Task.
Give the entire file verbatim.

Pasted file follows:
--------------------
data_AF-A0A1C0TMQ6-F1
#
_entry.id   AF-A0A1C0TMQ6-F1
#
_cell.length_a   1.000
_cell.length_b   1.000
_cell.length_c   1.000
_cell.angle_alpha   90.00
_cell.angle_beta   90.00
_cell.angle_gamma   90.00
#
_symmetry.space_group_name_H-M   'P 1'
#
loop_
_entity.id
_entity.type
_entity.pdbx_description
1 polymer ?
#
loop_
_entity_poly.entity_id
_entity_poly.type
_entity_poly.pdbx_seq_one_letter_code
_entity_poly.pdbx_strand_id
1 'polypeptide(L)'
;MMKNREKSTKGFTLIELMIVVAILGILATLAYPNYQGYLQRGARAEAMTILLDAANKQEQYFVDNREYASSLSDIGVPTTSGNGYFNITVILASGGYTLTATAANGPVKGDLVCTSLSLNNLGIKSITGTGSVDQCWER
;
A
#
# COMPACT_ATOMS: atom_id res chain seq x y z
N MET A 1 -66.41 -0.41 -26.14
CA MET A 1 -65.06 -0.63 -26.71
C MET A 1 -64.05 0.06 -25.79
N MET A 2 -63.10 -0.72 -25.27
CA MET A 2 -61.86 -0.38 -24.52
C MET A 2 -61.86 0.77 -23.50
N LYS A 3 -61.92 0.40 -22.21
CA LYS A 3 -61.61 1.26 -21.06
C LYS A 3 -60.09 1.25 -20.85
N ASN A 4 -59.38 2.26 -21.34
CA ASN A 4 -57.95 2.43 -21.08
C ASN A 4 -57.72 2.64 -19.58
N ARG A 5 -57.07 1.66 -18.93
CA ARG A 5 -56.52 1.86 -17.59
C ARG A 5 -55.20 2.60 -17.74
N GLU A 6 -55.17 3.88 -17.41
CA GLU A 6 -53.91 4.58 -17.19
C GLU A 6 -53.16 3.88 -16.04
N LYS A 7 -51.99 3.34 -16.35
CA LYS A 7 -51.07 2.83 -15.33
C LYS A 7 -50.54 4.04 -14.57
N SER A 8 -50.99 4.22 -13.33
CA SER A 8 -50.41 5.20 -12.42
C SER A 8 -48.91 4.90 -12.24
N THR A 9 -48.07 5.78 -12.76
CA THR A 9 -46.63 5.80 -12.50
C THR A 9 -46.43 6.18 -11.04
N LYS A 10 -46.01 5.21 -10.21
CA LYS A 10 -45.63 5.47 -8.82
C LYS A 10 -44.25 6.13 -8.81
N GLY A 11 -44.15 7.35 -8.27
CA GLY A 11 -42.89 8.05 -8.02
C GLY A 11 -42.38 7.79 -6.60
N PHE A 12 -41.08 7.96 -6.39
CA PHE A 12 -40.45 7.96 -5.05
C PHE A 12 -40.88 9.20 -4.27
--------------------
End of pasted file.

data_AF-A0A1C0TMQ6-F1
#
_entry.id   AF-A0A1C0TMQ6-F1
#
_cell.length_a   1.000
_cell.length_b   1.000
_cell.length_c   1.000
_cell.angle_alpha   90.00
_cell.angle_beta   90.00
_cell.angle_gamma   90.00
#
_symmetry.space_group_name_H-M   'P 1'
#
loop_
_entity.id
_entity.type
_entity.pdbx_description
1 polymer ?
#
loop_
_entity_poly.entity_id
_entity_poly.type
_entity_poly.pdbx_seq_one_letter_code
_entity_poly.pdbx_strand_id
1 'polypeptide(L)'
;MMKNREKSTKGFTLIELMIVVAILGILATLAYPNYQGYLQRGARAEAMTILLDAANKQEQYFVDNREYASSLSDIGVPTTSGNGYFNITVILASGGYTLTATAANGPVKGDLVCTSLSLNNLGIKSITGTGSVDQCWER
;
A
#
# COMPACT_ATOMS: atom_id res chain seq x y z
N MET A 1 -66.41 -0.41 -26.14
CA MET A 1 -65.06 -0.63 -26.71
C MET A 1 -64.05 0.06 -25.79
N MET A 2 -63.10 -0.72 -25.27
CA MET A 2 -61.86 -0.38 -24.52
C MET A 2 -61.86 0.77 -23.50
N LYS A 3 -61.92 0.40 -22.21
CA LYS A 3 -61.61 1.26 -21.06
C LYS A 3 -60.09 1.25 -20.85
N ASN A 4 -59.38 2.26 -21.34
CA ASN A 4 -57.95 2.43 -21.08
C ASN A 4 -57.72 2.64 -19.58
N ARG A 5 -57.07 1.66 -18.93
CA ARG A 5 -56.52 1.86 -17.59
C ARG A 5 -55.20 2.60 -17.74
N GLU A 6 -55.17 3.88 -17.41
CA GLU A 6 -53.91 4.58 -17.19
C GLU A 6 -53.16 3.88 -16.04
N LYS A 7 -51.99 3.34 -16.35
CA LYS A 7 -51.07 2.83 -15.33
C LYS A 7 -50.54 4.04 -14.57
N SER A 8 -50.99 4.22 -13.33
CA SER A 8 -50.41 5.20 -12.42
C SER A 8 -48.91 4.90 -12.24
N THR A 9 -48.07 5.78 -12.76
CA THR A 9 -46.63 5.80 -12.50
C THR A 9 -46.43 6.18 -11.04
N LYS A 10 -46.01 5.21 -10.21
CA LYS A 10 -45.63 5.47 -8.82
C LYS A 10 -44.25 6.13 -8.81
N GLY A 11 -44.15 7.35 -8.27
CA GLY A 11 -42.89 8.05 -8.02
C GLY A 11 -42.38 7.79 -6.60
N PHE A 12 -41.08 7.96 -6.39
CA PHE A 12 -40.45 7.96 -5.05
C PHE A 12 -40.88 9.20 -4.27